I’ve got no time to waste today, let’s get right down to business and knock some thoughts out of the park.
I’m incredibly proud that the North Island Gazette has been nominated for newspaper excellence for the second year in a row.
Last year when we were nominated I was so shocked I almost couldn’t believe that it was actually true.
I had just started to take over the reigns of the very newspaper I grew up reading, and to be recognized for all the hard work and effort I’d put in, it was a bit mind blowing.
I certainly didn’t expect it, nor did I really think I deserved it, as I felt I struggled for a good part of the year and didn’t really hit my stride until the late summer.
I think the turning point for me that I knew I was doing a good job was when Ian Roberts complimented how good the paper’s layout was looking. Thanks for the support, Ian!
Regardless of whether I feel I deserved to be nominated or not, finishing in third place last year was a pretty cool feeling.
This year, I know in my heart I earned it.
I went through hell and back in 2018 and really honed my craft every chance I got. I covered tough stories no one else wanted to touch, like the RCMP shooting death of James Hayward, and I produced a ton of videos and more online content for the Gazette’s readership to enjoy.
As for being nominated, above all else, I have to thank my high school journalism teacher Norm Prince. He was the first person to teach me all of the skills that I still use to this day, and he was always proud of my writing even when I wasn’t.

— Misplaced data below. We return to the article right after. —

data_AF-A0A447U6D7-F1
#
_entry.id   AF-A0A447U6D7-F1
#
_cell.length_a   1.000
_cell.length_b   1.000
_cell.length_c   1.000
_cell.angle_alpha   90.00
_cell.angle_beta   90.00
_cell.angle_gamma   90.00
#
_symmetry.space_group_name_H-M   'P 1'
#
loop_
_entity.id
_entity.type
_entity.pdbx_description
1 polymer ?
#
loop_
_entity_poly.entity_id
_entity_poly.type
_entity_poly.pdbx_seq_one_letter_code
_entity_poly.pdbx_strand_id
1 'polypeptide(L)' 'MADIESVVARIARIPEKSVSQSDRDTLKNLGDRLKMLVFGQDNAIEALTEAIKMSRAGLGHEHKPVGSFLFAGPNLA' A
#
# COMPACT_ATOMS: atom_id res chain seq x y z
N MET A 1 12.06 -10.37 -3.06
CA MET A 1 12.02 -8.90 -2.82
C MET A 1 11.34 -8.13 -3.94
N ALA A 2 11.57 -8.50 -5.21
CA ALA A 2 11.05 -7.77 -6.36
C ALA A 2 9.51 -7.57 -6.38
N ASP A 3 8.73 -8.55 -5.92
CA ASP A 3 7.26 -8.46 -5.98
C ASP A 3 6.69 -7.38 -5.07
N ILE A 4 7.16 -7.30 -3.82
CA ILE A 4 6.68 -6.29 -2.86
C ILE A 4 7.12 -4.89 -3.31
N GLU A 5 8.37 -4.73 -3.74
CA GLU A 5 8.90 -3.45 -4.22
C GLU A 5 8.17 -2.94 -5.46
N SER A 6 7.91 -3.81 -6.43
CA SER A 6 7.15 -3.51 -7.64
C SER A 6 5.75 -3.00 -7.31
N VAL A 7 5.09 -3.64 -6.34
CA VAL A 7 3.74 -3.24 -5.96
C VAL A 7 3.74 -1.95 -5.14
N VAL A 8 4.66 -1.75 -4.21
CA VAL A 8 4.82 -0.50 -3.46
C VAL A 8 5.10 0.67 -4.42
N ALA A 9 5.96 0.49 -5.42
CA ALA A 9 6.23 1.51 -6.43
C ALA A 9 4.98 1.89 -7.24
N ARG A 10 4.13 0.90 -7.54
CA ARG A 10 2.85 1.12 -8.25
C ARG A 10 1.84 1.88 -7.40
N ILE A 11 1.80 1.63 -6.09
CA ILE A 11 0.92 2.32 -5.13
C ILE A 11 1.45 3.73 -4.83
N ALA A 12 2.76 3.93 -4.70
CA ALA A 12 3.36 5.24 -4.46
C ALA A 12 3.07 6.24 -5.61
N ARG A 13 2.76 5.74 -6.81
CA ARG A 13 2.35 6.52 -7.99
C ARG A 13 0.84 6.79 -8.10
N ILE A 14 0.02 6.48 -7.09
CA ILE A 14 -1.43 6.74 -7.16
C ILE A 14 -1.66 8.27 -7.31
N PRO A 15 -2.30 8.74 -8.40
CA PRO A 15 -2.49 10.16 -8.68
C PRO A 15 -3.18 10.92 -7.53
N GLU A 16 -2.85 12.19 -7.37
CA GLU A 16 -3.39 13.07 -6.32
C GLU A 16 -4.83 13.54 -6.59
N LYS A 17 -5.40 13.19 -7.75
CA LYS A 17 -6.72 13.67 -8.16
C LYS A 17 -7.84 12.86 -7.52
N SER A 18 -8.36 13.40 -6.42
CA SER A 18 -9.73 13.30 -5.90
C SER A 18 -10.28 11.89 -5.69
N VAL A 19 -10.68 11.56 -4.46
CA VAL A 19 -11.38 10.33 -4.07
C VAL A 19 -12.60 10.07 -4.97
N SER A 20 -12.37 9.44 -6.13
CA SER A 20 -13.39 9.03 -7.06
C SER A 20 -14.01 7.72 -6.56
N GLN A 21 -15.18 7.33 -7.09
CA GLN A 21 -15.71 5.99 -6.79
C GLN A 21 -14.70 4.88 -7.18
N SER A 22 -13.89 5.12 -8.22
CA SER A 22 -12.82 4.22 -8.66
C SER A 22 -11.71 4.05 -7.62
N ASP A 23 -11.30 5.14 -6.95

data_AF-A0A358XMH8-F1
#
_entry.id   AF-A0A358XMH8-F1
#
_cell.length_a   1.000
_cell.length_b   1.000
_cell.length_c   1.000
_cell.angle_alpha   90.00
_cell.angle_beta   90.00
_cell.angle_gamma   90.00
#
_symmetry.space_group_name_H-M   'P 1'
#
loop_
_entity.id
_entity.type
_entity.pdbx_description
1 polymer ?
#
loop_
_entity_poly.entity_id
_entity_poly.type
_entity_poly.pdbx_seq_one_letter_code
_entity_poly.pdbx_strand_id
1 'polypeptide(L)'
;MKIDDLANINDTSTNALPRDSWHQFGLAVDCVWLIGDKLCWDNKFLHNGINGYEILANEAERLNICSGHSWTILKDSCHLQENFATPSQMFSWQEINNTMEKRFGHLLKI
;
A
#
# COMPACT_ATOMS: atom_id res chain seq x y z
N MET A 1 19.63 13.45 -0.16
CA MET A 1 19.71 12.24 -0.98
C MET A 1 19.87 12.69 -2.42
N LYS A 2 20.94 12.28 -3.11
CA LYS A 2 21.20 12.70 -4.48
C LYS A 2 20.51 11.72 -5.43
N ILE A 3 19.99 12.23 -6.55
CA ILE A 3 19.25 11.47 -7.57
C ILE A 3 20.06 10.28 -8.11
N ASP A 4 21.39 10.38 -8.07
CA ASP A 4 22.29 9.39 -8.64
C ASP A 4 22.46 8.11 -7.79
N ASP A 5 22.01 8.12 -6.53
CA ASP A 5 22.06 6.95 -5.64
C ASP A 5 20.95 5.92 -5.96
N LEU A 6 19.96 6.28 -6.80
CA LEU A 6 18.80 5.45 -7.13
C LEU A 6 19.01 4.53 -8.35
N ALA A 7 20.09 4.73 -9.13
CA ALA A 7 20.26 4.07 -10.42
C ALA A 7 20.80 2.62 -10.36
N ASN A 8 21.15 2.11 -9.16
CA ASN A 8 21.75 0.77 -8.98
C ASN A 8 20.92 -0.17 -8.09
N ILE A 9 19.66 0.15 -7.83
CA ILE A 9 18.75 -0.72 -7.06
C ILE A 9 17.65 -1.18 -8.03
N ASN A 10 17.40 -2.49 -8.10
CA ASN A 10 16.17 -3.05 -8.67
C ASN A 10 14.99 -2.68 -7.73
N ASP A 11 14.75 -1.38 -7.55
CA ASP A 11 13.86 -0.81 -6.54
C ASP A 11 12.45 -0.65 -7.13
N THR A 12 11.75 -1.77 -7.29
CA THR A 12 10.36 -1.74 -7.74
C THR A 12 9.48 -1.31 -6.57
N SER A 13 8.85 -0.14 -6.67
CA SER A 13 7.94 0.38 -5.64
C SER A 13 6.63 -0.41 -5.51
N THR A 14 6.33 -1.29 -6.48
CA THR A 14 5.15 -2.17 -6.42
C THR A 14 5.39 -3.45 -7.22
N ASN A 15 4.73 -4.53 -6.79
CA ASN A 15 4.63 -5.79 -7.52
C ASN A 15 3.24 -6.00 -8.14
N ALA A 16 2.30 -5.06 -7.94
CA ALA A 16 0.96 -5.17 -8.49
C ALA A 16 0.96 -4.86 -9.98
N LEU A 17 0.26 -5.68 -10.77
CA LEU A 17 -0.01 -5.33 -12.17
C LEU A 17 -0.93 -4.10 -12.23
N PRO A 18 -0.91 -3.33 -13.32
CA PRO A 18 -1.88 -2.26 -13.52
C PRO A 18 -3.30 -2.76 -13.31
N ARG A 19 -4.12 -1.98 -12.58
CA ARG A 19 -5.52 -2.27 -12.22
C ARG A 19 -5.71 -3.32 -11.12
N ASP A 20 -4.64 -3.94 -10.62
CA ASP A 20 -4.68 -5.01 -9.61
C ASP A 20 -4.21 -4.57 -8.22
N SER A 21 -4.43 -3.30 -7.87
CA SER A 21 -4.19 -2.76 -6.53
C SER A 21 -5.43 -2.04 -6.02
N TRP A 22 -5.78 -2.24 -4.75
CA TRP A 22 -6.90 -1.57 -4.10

Also, I want to give a shoutout to J.R. Rardon for giving me five years worth of excellent North Island Gazette coverage to study and learn from, as well as Alistair Taylor at the Campbell River Mirror for giving me a quick 30 minute tutorial on InDesign.
Finally, I want to say thank you to Catherina.
I used to write a lot in my spare time, but never showed it to anyone. She saw my talent and told me to go do more with my life when I was aimlessly driving a forklift in a warehouse. Now I get paid to write for a living instead of breaking my back lifting boxes.
Thanks, Kat. We may go through periods of not talking, then reunite and start talking again, but you’ll always be my favourite person.
Tyson Whitney is an award-winning journalist who was born and raised in Port Hardy. His family has lived in Port Hardy for more than 40 years. He graduated with a degree in writing from Vancouver Island University in 2008. Email: email@example.com